Lessons Adapted for Online Teaching
We highly recommend reading Ursula Wolfe-Rocca’s article Teaching ZEP Lessons Remotely: Recommitting to the Why — If Not the How — of Our Pedagogy before trying any of these adapted lessons. As Wolfe-Rocca explains,
Our lessons — trials, role plays, reading, writing, viewing, and discussion activities — have at their heart a belief that students should be given opportunities to interject themselves into history, to comment and act on, not just passively receive, the past and the present. The tools — whether pencil and paper, a Zoom breakout room, or a Flipgrid video — that best safeguard those democratic opportunities are the ones we recommend.
What follows are modest suggestions — modest in two ways. First, they do not require a great deal of technological know-how and are widely available; we only suggest tools that take little time for educators to learn, are relatively intuitive for students, and are free or commonly adopted by public schools. Second, we are not experts in remote-education and we know many of you will likely surpass — creatively and ingeniously — these suggestions in your own classrooms. These recommendations are more like invitations — invitations to hold fast to your belief in the power of people’s history as you innovate, experiment, fail, learn, and discover how to teach during a pandemic.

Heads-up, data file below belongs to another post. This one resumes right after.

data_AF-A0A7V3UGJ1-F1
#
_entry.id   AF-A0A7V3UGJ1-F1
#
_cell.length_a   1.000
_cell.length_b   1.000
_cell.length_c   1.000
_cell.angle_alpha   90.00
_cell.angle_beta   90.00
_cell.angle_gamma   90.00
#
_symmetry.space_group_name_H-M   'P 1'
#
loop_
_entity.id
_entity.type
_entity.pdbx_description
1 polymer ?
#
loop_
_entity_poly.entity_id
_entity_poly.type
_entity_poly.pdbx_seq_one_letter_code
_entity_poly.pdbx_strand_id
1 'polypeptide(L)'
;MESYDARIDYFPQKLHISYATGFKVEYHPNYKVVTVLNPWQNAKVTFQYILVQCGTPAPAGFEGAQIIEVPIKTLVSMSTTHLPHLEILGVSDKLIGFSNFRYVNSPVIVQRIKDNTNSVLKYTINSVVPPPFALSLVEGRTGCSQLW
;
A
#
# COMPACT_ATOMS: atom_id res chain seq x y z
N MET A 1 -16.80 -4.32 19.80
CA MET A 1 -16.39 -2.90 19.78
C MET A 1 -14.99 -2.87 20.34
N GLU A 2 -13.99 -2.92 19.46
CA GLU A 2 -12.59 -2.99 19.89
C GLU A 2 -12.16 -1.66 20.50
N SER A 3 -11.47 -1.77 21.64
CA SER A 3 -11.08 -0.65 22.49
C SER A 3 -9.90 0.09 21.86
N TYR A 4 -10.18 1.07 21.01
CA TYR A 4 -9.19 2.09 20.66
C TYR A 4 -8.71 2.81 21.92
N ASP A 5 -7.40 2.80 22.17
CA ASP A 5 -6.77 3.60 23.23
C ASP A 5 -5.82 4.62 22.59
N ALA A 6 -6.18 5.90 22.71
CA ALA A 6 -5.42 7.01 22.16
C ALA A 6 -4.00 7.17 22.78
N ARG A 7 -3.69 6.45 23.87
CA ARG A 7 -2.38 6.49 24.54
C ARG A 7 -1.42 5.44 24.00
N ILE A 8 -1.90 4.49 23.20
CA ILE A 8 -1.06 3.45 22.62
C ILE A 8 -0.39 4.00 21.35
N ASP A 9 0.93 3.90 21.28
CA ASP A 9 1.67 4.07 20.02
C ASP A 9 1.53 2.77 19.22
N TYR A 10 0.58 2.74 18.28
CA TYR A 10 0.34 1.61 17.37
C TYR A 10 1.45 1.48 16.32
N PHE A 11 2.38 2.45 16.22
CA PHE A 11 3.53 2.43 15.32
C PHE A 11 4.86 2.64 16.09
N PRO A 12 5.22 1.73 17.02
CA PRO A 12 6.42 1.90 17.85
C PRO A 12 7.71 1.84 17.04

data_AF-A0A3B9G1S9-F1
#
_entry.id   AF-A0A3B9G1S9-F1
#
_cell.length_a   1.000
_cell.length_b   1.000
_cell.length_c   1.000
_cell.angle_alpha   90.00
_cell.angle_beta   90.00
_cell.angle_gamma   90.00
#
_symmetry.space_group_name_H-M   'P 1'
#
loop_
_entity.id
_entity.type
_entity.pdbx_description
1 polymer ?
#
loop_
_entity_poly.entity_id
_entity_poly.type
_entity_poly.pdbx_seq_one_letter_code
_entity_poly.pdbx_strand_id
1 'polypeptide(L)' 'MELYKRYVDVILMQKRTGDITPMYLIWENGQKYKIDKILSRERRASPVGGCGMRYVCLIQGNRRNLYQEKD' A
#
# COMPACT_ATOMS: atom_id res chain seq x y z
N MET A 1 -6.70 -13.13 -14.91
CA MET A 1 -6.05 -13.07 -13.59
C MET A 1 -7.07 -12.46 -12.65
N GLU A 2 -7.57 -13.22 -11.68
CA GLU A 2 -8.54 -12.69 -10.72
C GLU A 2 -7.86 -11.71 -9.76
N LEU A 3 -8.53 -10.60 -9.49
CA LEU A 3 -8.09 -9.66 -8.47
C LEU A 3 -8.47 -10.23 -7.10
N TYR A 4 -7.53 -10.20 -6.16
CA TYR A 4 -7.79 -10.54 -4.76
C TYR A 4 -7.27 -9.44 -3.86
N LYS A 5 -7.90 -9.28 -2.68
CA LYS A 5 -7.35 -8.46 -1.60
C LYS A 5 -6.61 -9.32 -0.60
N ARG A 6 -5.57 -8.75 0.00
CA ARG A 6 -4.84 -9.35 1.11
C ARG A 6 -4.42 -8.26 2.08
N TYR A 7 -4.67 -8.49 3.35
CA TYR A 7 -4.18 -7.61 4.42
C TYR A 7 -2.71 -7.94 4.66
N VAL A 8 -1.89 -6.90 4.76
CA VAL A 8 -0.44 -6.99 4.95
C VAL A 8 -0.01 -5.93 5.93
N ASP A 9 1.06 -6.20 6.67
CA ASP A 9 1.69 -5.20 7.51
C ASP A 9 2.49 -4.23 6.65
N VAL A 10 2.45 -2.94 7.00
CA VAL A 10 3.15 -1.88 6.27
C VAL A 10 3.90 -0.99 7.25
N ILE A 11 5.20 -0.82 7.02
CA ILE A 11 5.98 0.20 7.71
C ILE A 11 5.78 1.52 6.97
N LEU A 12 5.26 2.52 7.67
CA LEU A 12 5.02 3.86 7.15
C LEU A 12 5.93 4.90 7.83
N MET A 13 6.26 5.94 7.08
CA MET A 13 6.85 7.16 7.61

Teaching for Change Lessons
A lesson to introduce students to people throughout U.S. history, including many young people, who fought for social justice and civic change using a range of strategies. We have created a template to help teachers facilitate this mixer activity remotely during distance learning.
This lesson introduces students to key people in Central American history through a short interactive, introductory activity. To support remote instruction, we have created a role assignment template for educators.
This interactive map lesson provides students with clues based on the history and geography of Central America so that they can find and remember the location of each country. To support remote instruction, we have created a role assignment template for educators.
Zinn Education Project Lessons
Find suggestions for adapting many ZEP lessons, including mixer role plays, trial role plays, making predictions, historical dilemmas, and more, at the end of Wolfe-Rocca’s article Teaching ZEP Lessons Remotely: Recommitting to the Why — If Not the How — of Our Pedagogy. The lessons there with an * have handouts prepped for remote access via Google Docs.
Image via Rethinking Schools
December 1, 2020